Patriots looking like themselves after slow start to season
The Patriots have rarely shown signs of vulnerability during Bill Belichick's tenure.
So, when New England began the season 2-2 with a pair of home losses, questions crept up about the stability of a team trying to defend its latest Super Bowl title.
But despite a preseason injury to Julian Edelman, inconsistent play from some of its offseason additions and shaky play on defense that included a season-ending injury to Dont'a Hightower, New England has reeled off six straight wins. It can guarantee its 17th consecutive winning season with a victory against AFC East rival Miami on Sunday.
And with Tom Brady putting up MVP-like numbers at age 40, suddenly a team once showing cracks finds itself exactly where everyone thought it would be.
"Competing against these guys as many times as I have, it seems like as the year goes on, they usually get better the longer the season goes," Dolphins coach Adam Gase said.
Belichick is known for his gruff one-liners almost as much as the mounds of success his teams have produced since his first season in 2000.
From familiar quips like "Do your job" to "We're gonna do what's best for the team," he has been nothing if not consistent.
When last week's win over Oakland pushed him to 271 career wins and third all-time among NFL head coaches behind Don Shula and George Halas, it was no surprise to see him sheepish upon receiving the game ball from Patriots owner Robert Kraft after the game.
"Congratulations — it's about our team. It's about our team," he said in a video capturing the moment .
Though it's what people have come to expect from Belichick, it also was an example of a mentality that Patriots safety Devin McCourty says has become infectious on a team that has managed to "not allow negativity to seep into the locker room."
"Same guys. Same team. I think we're just doing a better job executing, paying attention to the small things — all the details of how you play good football," McCourty said. "I think we've just come together. We knew it was gonna kind of be a work in progress. ... We kind of focused and believed in that."
While other Patriots teams have certainly overcome adversity to find success under Belichick, this group has a chance to be among his most shining examples.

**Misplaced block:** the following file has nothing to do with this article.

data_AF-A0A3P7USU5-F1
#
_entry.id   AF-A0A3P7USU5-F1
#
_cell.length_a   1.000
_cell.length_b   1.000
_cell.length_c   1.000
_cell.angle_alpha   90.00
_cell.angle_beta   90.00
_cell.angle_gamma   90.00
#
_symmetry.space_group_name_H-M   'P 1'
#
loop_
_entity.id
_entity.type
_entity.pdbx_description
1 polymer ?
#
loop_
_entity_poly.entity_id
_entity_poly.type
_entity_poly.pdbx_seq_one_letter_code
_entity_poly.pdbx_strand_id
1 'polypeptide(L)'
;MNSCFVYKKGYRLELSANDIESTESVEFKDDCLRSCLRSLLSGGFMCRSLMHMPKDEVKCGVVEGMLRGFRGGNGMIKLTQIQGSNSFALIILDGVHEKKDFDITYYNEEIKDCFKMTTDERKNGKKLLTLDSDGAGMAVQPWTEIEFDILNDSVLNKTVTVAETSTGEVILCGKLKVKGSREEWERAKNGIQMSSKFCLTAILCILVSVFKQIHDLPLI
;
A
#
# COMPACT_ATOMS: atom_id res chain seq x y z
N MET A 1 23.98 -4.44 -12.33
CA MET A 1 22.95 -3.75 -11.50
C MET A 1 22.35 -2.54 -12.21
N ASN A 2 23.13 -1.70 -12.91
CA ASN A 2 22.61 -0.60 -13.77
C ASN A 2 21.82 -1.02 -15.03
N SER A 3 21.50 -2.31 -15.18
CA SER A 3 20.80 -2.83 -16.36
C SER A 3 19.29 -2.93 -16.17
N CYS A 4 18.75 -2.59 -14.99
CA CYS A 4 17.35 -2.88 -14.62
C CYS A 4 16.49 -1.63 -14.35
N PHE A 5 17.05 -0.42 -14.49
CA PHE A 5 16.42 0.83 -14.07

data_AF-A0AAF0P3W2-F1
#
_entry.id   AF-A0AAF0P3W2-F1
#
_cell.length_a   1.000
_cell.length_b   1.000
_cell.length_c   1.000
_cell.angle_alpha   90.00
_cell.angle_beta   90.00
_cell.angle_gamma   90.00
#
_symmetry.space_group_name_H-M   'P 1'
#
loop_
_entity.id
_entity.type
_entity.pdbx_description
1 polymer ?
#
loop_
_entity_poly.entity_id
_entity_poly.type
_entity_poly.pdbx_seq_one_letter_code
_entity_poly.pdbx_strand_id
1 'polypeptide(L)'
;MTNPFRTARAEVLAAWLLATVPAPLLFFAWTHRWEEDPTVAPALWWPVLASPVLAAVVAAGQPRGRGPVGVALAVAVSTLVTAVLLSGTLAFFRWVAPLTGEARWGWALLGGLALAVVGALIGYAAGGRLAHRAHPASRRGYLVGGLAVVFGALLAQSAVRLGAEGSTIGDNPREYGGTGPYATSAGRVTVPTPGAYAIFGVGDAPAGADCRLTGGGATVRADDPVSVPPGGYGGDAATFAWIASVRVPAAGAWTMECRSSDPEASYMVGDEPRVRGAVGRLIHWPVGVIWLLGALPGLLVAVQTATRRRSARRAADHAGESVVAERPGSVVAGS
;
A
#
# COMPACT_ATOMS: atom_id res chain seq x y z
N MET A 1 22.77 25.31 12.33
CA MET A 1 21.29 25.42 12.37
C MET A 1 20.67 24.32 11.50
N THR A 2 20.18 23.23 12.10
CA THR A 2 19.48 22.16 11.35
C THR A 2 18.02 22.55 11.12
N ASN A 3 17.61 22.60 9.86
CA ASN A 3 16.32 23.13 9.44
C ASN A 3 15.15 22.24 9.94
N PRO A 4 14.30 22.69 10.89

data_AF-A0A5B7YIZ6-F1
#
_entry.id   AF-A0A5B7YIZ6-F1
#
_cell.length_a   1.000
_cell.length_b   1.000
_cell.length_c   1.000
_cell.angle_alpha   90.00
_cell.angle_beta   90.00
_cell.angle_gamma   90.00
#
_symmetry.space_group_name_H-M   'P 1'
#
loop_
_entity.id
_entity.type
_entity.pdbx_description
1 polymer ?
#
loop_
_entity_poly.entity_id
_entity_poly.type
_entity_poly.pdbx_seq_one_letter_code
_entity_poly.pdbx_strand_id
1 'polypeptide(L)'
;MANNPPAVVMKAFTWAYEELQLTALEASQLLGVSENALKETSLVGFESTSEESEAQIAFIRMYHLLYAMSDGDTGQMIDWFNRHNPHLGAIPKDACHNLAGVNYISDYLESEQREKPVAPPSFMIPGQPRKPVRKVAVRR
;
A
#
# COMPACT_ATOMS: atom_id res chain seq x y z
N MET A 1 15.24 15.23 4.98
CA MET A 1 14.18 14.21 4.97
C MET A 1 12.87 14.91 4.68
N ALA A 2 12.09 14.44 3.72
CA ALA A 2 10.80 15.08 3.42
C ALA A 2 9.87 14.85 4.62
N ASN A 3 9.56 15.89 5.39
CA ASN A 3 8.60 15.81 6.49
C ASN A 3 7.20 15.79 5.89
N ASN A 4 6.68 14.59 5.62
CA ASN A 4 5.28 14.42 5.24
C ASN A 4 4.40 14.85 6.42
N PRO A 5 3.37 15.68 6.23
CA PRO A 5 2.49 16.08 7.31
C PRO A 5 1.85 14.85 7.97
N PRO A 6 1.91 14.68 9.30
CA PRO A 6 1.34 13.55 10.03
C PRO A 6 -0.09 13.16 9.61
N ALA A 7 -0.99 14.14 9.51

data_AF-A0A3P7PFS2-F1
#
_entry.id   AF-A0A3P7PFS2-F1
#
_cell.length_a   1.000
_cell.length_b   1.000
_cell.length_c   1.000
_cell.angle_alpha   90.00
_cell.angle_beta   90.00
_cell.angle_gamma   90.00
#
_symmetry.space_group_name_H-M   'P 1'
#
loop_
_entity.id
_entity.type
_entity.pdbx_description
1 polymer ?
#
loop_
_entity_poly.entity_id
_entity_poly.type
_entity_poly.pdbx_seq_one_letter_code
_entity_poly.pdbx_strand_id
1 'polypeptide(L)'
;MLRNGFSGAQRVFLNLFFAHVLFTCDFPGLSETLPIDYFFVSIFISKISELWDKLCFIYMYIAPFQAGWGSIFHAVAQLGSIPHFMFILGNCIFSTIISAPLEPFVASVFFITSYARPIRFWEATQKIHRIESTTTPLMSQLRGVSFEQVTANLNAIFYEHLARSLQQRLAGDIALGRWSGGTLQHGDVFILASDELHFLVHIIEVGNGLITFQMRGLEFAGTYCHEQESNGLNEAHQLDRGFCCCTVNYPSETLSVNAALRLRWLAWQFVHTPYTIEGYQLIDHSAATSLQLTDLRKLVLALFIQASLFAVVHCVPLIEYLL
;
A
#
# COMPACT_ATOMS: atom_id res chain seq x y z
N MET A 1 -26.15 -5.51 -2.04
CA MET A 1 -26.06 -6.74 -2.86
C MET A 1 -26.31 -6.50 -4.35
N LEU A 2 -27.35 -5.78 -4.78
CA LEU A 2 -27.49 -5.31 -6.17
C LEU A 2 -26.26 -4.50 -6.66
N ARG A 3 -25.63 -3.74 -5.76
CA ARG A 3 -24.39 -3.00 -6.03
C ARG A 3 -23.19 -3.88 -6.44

Through four games the defense allowed opponents to score 30 or more points three times, while sinking to the bottom of the league in total defense.
Then came the Oct. 22 season-ending shoulder injury to Hightower against Atlanta. It further muddied things for a defense that had gotten inconsistent play from its secondary, including very little return from the offseason investment it made in cornerback Stephon Gilmore.
Offensively, the Patriots were putting up points, but struggled to produce touchdowns in the red zone.
Things have changed on both sides of the ball during their win streak, with New England outscoring opponents 161-75.
It begins with the 40-year-old Brady, who has thrown for 3,146 yards, 22 touchdowns and just two interceptions through 10 games. His 8.3 yards per pass attempt average is equal to his MVP season in 2007 and better than his MVP season in 2010 (7.9).
He hasn't thrown an interception since Week 6 and has found a go-to deep threat in Brandin Cooks (45 catches, four touchdowns). Meanwhile, Dion Lewis has brought consistency to the running game and become the weapon on special teams that he was prior to his knee injury in 2015.
"There isn't a specific moment where you kind of realize that a player coming back off of an injury has resumed a previous form or percentage or what have you," offensive coordinator Josh McDaniels said of Lewis. "I just think we've been trying to give him opportunity to work back in over the last two years and do the things that he does well."
The defense has been equally impressive, buoyed by the play of Kyle Van Noy, who has assumed Hightower's leadership role at linebacker. Van Noy leads the team with 64 tackles. He's also tied for the team lead with four sacks, along with defensive lineman Trey Flowers.
Belichick said any success they've had lately has been the result of trusting in their approach.
"I think in the end whatever problem you have, whatever degree it is — it's still the same process," he said. "No matter what you're looking at you've got to figure out what's wrong. Then you have to figure out what you need to do to make it better."